A Christmas Bonus For Innovators

Should employees be incentivized to deliver high performance on day-to-day tasks? Of course we need that, but 20-30 percent of incentives should be based on "breakthrough new pathways for the company, experiments," says entrepreneur Jack Hidary. 

 

In a previous post, Jack Hidary described the process of visioneering, or how to solve grand challenges "just at the edge of human grasp." 


Hidary's answer is taken from his experience with the X Prize Foundation, which convenes two-day workshops with some of the world's greatest innovators that are designed to "increase the serendipity quotient of all the people in the room."

What's the Big Idea?

So where do you take it from there? How do you make those types of workshops more than just morale boosters and translate all of the excitement into real breakthroughs for your company? Hidary, who has built his career as an entrepreneur in the finance and technology sectors, suggests we need to reevaluate how we incentivize employees. 

"We know that we get what we bonus," he says. "We get what we measure." Too often today, however, we create bonus structures that really only focus on things like revenue and profit. Now, we all like revenue and profit, but if you don't create a bonus structure for new ideas and innovation, should you expect it to just magically happen? Probably not, Hidary argues.

Watch the video here:

What's the Significance?

Hidary says that CEOs, entrepreneurs and business owners everywhere must look ahead one year from now and ask themselves what kind of bonuses they want to be handing out to employees. Is the idea to reward high performance on day-to-day activities? You obviously need some of that, Hidary says, but that shouldn't constitute 100 percent of the bonus structure.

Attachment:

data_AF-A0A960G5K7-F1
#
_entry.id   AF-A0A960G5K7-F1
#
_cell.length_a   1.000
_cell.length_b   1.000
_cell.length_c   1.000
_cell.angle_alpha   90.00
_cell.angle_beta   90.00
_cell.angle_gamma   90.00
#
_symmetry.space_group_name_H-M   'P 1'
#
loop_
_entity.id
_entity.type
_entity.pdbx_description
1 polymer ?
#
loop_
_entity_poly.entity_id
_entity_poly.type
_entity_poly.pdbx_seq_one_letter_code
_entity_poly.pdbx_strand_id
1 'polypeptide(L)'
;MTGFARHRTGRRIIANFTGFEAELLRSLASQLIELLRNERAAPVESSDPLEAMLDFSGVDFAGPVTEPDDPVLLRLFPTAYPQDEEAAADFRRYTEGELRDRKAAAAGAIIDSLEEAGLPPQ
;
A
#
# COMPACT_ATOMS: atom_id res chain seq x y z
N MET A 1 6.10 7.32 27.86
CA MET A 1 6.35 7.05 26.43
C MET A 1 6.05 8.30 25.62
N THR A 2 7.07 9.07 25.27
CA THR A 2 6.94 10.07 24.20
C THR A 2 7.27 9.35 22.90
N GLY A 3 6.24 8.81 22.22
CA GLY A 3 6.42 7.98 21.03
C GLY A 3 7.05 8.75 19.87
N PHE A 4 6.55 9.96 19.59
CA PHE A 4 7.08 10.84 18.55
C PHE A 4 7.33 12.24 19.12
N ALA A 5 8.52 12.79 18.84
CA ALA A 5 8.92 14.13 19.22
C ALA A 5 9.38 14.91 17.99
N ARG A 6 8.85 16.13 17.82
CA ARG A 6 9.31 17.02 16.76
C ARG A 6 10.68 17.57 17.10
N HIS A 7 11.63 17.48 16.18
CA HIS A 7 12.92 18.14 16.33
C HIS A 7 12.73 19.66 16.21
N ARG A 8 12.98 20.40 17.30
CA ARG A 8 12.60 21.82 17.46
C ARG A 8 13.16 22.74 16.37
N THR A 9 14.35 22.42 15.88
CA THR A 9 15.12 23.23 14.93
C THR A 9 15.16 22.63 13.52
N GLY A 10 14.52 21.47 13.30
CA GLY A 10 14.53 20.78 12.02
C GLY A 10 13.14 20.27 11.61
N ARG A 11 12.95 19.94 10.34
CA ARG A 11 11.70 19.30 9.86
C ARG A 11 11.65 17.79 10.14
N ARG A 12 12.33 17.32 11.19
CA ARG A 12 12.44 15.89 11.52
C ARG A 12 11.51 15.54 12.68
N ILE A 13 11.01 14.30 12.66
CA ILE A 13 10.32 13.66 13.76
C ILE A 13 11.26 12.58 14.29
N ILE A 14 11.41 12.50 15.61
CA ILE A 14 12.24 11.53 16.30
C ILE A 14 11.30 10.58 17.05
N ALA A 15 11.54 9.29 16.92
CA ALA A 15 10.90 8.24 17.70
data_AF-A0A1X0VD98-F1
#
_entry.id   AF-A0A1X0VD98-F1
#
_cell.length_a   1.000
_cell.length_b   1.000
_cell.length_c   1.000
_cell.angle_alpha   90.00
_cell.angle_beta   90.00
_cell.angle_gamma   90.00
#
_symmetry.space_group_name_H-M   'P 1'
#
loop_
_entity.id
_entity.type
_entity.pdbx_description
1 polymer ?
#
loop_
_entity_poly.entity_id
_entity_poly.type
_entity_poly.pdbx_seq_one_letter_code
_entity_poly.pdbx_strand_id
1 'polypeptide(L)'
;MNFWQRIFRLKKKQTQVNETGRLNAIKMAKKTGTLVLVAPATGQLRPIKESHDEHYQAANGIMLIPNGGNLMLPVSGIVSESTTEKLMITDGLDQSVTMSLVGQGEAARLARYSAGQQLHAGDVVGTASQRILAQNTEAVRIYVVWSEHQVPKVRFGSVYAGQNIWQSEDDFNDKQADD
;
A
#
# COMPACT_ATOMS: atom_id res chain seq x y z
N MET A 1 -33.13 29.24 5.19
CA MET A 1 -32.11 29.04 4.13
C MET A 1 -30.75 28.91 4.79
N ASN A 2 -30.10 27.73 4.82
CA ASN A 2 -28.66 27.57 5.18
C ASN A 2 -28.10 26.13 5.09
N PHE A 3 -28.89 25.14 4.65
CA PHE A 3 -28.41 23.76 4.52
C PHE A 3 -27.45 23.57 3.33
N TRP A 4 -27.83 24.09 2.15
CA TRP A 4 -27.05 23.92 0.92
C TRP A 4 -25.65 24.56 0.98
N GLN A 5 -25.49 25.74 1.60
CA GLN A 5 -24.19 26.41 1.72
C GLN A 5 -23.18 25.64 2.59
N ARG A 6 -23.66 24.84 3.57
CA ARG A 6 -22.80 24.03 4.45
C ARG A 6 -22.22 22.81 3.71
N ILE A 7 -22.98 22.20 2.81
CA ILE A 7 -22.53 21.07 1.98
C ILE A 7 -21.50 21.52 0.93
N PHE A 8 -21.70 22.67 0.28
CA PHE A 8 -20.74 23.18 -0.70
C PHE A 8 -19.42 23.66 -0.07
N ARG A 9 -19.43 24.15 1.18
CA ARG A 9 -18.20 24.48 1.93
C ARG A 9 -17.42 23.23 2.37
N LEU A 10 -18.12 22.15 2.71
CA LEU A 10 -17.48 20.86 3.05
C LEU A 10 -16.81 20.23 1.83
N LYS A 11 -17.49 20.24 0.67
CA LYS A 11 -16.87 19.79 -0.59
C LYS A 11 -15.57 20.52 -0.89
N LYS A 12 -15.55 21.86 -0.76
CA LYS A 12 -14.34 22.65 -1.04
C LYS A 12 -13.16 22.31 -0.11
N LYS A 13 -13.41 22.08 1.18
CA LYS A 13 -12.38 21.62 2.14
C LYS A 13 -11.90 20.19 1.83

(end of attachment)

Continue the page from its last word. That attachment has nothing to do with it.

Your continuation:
"Keep 20 or 30 percent for a new kind of bonus," Hidary says, "a bonus that recognizes breakthrough new pathways for the company, experiments." Some of these experiments will be failures, no doubt. But others will surely be successes, some of them "far beyond anyone's imagination," Hidary says.

Image courtesy of Shutterstock

A still from the film "We Became Fragments" by Luisa Conlon , Lacy Roberts and Hanna Miller, part of the Global Oneness Project library.

Photo: Luisa Conlon , Lacy Roberts and Hanna Miller / Global Oneness Project
Sponsored by Charles Koch Foundation
  • Stories are at the heart of learning, writes Cleary Vaughan-Lee, Executive Director for the Global Oneness Project. They have always challenged us to think beyond ourselves, expanding our experience and revealing deep truths.
  • Vaughan-Lee explains 6 ways that storytelling can foster empathy and deliver powerful learning experiences.
  • Global Oneness Project is a free library of stories—containing short documentaries, photo essays, and essays—that each contain a companion lesson plan and learning activities for students so they can expand their experience of the world.
Keep reading Show less

What the world will look like in the year 250,002,018

This is what the world will look like, 250 million years from now

On Pangaea Proxima, Lagos will be north of New York, and Cape Town close to Mexico City
Surprising Science

To us humans, the shape and location of oceans and continents seems fixed. But that's only because our lives are so short.

Keep reading Show less

Sooner or later we all face death. Will a sense of meaning help us?

As a doctor, I am reminded every day of the fragility of the human body, how closely mortality lurks just around the corner.

Photo by Alex Boyd on Unsplash
Personal Growth

'Despite all our medical advances,' my friend Jason used to quip, 'the mortality rate has remained constant – one per person.'

Keep reading Show less

3 mind-blowing space facts with Neil deGrasse Tyson

Tyson dives into the search for alien life, dark matter, and the physics of football.

Neil deGrasse Tyson: 3 mind-blowing space facts | Big Think | dotcom
Videos
  • Astrophysicist Neil deGrasse Tyson joins us to talk about one of our favorite subjects: space.
  • In the three-chaptered video, Tyson speaks about the search for alien life inside and outside of the Goldilocks Zone, why the term "dark matter" should really be called "dark gravity," and how the rotation of the Earth may have been the deciding factor in a football game.
  • These fascinating space facts, as well as others shared in Tyson's books, make it easier for everyone to grasp complex ideas that are literally out of this world.
Keep reading Show less
Scroll down to load more…